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Robin DeanApr 22, 2017 (Updated Jan 15, 2020)2 CommentsShare

Plastic Repair: Glues, Welds and UV Agents

I have a vested interest in this article’s headline topic not because I’m soft-selling worthwhile products (as usual) but because my beloved Suzuki Bandit 1200 is beginning to show its age. Some refer to each of ‘er scratches, dents and hardware store “solutions” as character … and they’re right. That bike and I have aged together for the better. Each physical or emotional scar comes from nature’s blunt response to riding/wrenching ignorance. Of course, earning such wisdom also expands the winter project laundry list via sometimes costly upgrades.

One aesthetic concern that’s remained constant in modern motorcycling is the eventual lack of OEM plastics for any given model. Where metallurgical solutions might be as simple as ”knowing a guy”, plastic body repair is a more difficult matter. Not every rider sees that broken fairing, side panel or cowling as a candidate for fixing, instead opting to search Craigslist, eBay and model-specific forums for that unfortunate, “least damaged” replacement.

If you’re going to swap out a shattered plastic tail section, why not learn how to repair cracked plastic and attempt to remedy the situation yourself? Worst case scenario, you revert to your original plan, employing whatever used and aftermarket resources you have. Set your sights on the following plastic repair options before choosing one that best fits your situation …

Liquid Plastic Welder (Bondic)

Whenever T.R.O. authors attend a promotional event (such as the IMS), we make a point to look at anything and everything with quick-scan impatience. Already established products get sidestepped for that which is truly new. In the case of Bondic, we were flat out hypnotized.

Bondic isn’t a glue or bonding agent until you tell it to be. It maintains liquid form both in an out of it’s container for many years over. Only after you hit it with a UV/LED strobe does it instantly harden, boasting enough strength to suspend 500+ lbs!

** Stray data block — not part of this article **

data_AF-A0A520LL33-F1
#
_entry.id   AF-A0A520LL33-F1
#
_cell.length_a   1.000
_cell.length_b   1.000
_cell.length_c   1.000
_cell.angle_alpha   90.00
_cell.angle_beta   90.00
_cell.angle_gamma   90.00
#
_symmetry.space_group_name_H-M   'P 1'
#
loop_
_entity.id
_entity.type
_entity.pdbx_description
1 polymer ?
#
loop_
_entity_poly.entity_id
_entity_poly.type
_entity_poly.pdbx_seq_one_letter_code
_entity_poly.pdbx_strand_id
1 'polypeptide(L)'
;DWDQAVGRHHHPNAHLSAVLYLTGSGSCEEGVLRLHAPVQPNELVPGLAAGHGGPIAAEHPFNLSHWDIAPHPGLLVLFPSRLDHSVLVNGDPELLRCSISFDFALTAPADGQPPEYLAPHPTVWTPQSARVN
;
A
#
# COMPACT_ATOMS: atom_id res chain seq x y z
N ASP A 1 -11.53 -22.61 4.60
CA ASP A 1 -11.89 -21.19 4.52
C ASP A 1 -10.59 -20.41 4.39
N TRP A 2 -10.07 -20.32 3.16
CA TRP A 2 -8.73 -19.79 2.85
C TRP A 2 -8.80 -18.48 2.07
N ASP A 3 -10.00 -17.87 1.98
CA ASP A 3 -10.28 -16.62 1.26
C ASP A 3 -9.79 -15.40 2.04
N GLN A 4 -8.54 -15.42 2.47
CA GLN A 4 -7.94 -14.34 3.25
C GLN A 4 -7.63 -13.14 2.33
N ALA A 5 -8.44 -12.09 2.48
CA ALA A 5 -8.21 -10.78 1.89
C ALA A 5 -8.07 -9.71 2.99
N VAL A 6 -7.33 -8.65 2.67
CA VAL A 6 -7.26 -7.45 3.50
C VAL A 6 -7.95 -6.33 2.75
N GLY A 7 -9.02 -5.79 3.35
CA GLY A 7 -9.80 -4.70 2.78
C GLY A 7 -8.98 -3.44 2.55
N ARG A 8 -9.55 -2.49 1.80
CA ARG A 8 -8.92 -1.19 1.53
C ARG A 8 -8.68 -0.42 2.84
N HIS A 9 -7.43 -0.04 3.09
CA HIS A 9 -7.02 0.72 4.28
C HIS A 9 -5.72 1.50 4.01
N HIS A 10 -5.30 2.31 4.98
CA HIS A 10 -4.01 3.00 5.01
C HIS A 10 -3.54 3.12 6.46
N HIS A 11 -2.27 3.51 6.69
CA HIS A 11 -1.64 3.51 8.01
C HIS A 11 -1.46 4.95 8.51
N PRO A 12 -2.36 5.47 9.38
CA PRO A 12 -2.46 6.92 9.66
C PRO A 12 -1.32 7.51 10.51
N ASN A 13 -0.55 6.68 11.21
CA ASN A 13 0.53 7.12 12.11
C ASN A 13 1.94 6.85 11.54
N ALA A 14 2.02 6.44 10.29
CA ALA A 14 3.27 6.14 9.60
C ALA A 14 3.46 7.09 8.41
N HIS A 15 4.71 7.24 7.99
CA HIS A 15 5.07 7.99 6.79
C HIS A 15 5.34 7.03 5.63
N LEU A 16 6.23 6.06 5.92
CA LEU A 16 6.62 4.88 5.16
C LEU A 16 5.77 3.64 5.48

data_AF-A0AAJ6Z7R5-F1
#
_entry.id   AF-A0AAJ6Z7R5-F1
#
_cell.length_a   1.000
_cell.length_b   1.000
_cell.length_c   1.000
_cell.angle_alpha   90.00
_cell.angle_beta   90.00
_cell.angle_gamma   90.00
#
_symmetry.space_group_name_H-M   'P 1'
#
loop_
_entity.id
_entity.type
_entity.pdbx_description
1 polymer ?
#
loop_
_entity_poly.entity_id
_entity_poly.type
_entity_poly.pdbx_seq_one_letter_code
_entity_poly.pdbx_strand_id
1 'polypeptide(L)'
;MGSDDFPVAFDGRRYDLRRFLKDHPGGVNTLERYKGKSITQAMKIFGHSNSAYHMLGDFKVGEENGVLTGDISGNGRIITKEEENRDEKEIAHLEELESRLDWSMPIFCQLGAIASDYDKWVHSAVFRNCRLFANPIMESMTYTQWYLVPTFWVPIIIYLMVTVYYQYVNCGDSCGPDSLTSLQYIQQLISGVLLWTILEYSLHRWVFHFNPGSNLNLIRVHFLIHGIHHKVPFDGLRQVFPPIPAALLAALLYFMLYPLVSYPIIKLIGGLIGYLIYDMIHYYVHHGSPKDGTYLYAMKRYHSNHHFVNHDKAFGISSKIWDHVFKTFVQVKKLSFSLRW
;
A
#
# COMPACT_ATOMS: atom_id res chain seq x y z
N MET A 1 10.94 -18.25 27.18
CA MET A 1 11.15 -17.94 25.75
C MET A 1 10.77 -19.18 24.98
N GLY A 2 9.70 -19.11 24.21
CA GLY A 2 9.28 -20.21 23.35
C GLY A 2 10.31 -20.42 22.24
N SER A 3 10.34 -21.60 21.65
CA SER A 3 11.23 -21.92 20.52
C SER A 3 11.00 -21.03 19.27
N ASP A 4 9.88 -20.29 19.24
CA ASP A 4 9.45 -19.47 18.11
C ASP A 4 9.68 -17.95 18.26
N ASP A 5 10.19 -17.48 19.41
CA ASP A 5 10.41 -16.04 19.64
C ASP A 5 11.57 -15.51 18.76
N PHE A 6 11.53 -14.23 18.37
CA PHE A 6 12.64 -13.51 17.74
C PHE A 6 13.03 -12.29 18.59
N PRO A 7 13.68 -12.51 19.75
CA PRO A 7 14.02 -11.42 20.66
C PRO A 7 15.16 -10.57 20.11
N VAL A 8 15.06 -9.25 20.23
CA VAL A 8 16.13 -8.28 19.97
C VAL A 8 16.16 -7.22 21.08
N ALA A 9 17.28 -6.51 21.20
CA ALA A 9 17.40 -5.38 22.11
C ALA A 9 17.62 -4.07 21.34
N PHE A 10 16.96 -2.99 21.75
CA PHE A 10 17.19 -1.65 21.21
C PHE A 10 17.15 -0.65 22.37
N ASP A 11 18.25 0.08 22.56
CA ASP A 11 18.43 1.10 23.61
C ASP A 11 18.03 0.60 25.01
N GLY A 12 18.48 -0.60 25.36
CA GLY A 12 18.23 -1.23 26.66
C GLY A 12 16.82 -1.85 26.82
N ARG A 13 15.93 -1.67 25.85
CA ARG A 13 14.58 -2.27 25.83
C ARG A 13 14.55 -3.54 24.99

Heat Based Plastic Welding

If for some reason Bondic won’t do the job, tried and true mechanic’s methods may come into play. Heat welding body parts and internal plastics might read as challenging but it’s really quite simple. Some techniques require a splint. Others call for staples. Either way, you’ll want to have your soldering gun, butane torch and welding rods (or zip ties) on hand.

If greater strength and support is needed, consider bringing a hot stapler (and staples) into the mix. These embed a sort of metallic skeleton across broken sections you’re aiming to join. Once locked in place and fully cool, cut away the excess and file things down accordingly.

Should you wish to bolster things even further, an additional option would be to drape/weld FiberFlex over the affected area. This approach uses both stainless steel mesh and plastic welding rods to reinforce the targeted location. Said process is all about heat, with minimal pressure if any.

No matter which of the above heat based plastic welding options you put to practice, your results are likely to be far better than that of fiberglass and epoxy. It’s not that such old school fixes aren’t functional. It’s that they’re less efficient, producing brittle (fragile) post-repair concerns.

Non-Exposed (Hidden) Plastics Repair

If the damage to your bike is out of sight but not out of mind, a two-part powder adhesive may have you covered. I can’t plainly tell if Plastex and our DIY version are one in the same (keep reading) but the after effects appear to be similar. Plastex kits include separate powder/liquid containers and an applicator for each respective dispenser attachment. It hardens to form a reliably strong concrete of sorts. Plasticrete, maybe?

Another possibility is to use a standard household super glue in song with baking powder. Yes you read that right. By layering powder over glue repeatedly, a heat-generating chemical reaction helps drive it between broken openings. It then bridges those gaps in a poxy-esque fashion.

Be it Plastex, “Super Soda” or any of the aforementioned tactics in this article, make sure you’re in a well ventilated area before getting started. Heat and super glue, for example can quickly become a toxic airborne scenario. For this reason, we recommend investing in a respirator.

Our Summary On How to Repair Motorcycle Plastic

In the end, the key ingredient to motorcycle plastic repair is in identifying which technique will both strengthen the resulting fix and offer an aesthetically pleasing appearance. No matter which approach you take, practice makes perfect. You’ve likely got some useless bits and pieces lying around to test on so watch, learn and try before giving it a go!

What Plastic Repair Techniques Do You Prefer?

There are other useful suggestions regarding how to repair cracked plastic on the web. Which methods have you used? What were the pros/cons and why? Your input is invited. Post an article!

This is the end!
Robin Dean

About Robin Dean

Motorcycle advocate, enthusiast and traveler. Founder, The Riding Obsession (2014). MSF RiderCoach credentials: BRCu, BRC2u, MSRCu, ARCu, 3WBRCu ~ Spotify Playlist

Comments

Frank Edwards says:

Would one ever repair a crack in a vinyl motorcycle windshield with these methods?

Robin Dean says:

Not likely, unless it’s opaque. Repairing clear plastics via the above will have poor/negative results.

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